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Welcome to the Earth Science Information Partners (ESIP) 2018 Summer Meeting! The 2018 theme is Realizing the Socioeconomic Value of Data. The theme is based on one of the goals in the 2015 - 2020 ESIP Strategic Plan, which provides a framework for ESIP’s activities over the next three years.

All Presentations are being added to a Google Folder temporarily and then will be moved to FigShare and linked to the sessions here. 
Tuesday, July 17 • 11:30am - 1:00pm
Collaboration among data repositories: replication, deduplication, and interoperability

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Environmental data repositories are rapidly adapting to the positive changes in the culture of data publishing, as requested by funders,journals, and researchers. Repositories are increasingly being tagged as the principal site for depositing data and research products from specific sponsor programs (e.g., BCO-DMO for NSF Biological & Chemical Oceanography, EDI for NSF LTER and DEB programs, the Arctic Data Center for NSF Arctic programs, and NCEI for NOAA data of all stripes). This leads to many highly specialized repositories that serve specific communities and are responsible curators for targeted swaths of data. These repositories are then faced with the challenge of replicating copies of data to meet funder expectations while providing an integrated discovery and access system for their communities and across the broader environmental sciences community. Repository interoperability allows federated data aggregators like DataONE and ESDIS to then provide a common discovery and interoperability layer and a searchable view on top of this federated repository infrastructure.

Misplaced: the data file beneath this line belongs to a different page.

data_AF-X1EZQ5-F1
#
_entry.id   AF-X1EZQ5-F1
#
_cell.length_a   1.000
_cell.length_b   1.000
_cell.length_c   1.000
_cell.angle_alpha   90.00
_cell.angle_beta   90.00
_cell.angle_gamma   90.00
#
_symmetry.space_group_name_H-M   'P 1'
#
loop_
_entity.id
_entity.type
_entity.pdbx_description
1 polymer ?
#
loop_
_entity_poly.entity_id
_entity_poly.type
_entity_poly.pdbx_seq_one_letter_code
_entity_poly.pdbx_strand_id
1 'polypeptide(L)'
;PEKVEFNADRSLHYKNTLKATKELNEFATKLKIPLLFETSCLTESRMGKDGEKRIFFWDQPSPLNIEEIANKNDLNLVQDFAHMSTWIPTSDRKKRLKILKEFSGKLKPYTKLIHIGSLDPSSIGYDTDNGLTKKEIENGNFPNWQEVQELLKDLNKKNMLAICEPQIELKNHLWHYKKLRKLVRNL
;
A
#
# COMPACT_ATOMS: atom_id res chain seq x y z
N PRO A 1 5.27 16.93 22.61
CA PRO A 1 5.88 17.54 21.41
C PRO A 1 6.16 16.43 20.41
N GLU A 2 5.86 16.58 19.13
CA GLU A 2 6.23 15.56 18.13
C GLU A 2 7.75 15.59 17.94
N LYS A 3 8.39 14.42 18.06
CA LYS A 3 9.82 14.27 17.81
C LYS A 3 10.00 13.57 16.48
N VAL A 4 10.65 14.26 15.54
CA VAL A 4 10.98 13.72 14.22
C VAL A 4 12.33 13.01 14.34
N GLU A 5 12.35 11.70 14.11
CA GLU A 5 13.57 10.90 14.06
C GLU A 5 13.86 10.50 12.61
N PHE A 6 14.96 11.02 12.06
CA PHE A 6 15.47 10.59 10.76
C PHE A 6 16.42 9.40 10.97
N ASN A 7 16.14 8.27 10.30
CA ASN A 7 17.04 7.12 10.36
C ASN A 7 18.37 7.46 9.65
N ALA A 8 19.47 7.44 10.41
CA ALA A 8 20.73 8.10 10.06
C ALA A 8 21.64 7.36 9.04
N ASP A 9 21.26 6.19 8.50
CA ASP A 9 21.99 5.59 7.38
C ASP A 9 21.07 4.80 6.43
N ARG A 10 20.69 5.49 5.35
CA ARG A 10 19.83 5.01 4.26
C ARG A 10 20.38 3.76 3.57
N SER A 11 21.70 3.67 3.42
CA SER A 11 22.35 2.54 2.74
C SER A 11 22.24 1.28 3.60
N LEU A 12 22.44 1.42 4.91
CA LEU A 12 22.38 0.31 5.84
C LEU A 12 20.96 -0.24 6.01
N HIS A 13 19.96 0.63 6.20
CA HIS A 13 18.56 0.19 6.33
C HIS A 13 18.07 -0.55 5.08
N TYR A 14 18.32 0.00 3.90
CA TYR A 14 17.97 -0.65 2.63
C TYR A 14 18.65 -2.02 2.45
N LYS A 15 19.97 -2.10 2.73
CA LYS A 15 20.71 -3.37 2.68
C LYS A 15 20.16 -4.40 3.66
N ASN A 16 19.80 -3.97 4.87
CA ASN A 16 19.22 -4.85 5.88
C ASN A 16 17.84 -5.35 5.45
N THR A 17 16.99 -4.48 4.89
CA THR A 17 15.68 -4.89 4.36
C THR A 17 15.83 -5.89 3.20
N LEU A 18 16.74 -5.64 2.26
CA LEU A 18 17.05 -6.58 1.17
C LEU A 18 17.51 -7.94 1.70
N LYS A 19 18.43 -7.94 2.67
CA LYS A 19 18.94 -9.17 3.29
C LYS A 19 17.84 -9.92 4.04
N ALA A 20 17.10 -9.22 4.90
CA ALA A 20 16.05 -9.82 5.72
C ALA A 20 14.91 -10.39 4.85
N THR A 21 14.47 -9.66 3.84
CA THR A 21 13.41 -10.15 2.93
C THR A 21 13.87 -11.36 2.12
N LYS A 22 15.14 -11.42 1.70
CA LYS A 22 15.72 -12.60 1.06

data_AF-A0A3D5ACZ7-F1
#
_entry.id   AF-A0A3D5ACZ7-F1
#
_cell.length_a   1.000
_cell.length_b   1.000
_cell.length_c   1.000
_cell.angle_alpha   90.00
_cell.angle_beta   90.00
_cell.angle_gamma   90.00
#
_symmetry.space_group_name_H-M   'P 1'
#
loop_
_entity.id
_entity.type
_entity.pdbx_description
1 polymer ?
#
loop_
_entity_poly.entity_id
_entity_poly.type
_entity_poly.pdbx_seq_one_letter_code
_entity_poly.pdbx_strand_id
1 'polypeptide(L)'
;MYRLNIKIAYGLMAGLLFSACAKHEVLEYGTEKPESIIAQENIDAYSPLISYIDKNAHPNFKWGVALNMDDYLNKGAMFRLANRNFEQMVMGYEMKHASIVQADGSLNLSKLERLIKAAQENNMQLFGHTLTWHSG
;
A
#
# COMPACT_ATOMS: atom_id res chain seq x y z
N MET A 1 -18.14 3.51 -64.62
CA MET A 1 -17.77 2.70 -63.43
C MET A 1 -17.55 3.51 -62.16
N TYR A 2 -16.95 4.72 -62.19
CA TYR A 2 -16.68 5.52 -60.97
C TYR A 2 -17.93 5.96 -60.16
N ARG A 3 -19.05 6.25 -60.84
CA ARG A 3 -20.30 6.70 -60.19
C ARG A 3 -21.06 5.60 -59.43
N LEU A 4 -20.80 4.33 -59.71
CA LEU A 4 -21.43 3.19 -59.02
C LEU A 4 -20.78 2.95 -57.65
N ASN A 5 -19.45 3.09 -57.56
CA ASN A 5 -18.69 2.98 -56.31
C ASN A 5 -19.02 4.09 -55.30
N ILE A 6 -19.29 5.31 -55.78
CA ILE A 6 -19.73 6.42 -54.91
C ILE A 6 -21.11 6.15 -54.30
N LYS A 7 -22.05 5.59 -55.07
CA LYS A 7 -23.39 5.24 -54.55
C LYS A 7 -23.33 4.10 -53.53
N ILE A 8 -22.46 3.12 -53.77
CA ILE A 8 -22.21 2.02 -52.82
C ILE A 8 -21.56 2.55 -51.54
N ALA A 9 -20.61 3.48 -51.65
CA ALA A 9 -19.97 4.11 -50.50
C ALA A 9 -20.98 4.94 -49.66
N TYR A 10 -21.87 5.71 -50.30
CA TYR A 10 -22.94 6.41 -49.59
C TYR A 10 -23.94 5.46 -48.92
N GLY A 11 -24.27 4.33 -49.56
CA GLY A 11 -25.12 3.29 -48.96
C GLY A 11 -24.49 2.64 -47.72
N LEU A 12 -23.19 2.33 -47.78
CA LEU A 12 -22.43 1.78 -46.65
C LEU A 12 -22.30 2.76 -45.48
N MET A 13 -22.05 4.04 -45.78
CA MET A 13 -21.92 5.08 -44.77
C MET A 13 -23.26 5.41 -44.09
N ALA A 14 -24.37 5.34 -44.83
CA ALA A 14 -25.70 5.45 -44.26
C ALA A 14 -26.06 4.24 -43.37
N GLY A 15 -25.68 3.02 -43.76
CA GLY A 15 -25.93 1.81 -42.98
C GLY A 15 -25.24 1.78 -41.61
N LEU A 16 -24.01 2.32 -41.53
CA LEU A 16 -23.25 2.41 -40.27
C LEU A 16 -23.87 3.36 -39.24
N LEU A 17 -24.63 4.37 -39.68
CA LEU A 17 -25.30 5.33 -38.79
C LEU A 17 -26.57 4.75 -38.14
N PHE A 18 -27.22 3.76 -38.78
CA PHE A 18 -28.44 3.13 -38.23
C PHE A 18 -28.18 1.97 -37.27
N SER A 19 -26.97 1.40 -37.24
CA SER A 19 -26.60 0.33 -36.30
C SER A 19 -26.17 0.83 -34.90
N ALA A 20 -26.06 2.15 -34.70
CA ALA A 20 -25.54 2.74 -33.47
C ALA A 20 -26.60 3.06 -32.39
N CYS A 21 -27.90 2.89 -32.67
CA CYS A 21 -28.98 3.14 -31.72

In this session, we will…
  • Explore the concepts of data sharing, data replication, data duplication among repositories and what they mean for the user community (short intro to the problem)
  • Explore some real-word data sharing/interoperability scenarios,
  • Identify the common elements and requirements for data interoperability between repositories (e.g., Elements: Dataset, Funding Award, Persons, Organizations, Roles, etc., and Requirements: ‘Element’ Identification, ACLs, Attribution of sources, PROV, etc)
  • Try to answer the question, “Are the existing science metadata standards sufficient for data interoperability and replication among repositories?”. I.e., can they express the relationship between data in different repositories (‘primary or original’ data, synchronized copy, copy of certain version, subset associated with publication)

1) Repository interoperability challenges (Jones) 20 minutes

  • technical: identifier practices, mutability, duplication, versioning and derived data variants, built infrastructure

  • socio-cultural: open source & open communities, NIH syndrome, tech leapfrogging, so many standards to choose from

  • DataONE crosswalk/integration experiences

2) Case studies in interoperability challenges

  • EDI / BCO-DMO (Gries) (10 minutes)

  • BCO-DMO / R2R / NCEI (Shepherd) (10 minutes)

  • Arctic Data Center / IARC/ EDI / LTER (Jones) (10 minutes)

3) Brainstorming, Discussion and Q&A (Shepherd moderates) (40 minutes)

  • What are the easy interoperability wins?

  • What are the hard interoperability challenges?

  • What does it take to build an open community where:

    • Many repositories implement the same API, share identifier and versioning models, and can replicate content without creating new identifiers, and can be searched from a common system like DataONE?

Speakers & Moderators
avatar for Matt Jones

Matt Jones

Director of Informatics R&D, NCEAS / DataONE / UC Santa Barbara
DataONE | Arctic Data Center | Open Science | Provenance and Semantics | Cyberinfrastructure
avatar for Adam Shepherd

Adam Shepherd

Technical Director, BCO-DMO, Woods Hole Oceanographic Institution
Architecting adaptive and sustainable data infrastructures.Co-chair of the ESIP schema.org clusterKnowledge Graphs | Data Containerization | Declarative Workflows | Provenance | schema.org

Tuesday July 17, 2018 11:30am - 1:00pm PDT
Canyon B
  Canyon B, Working Session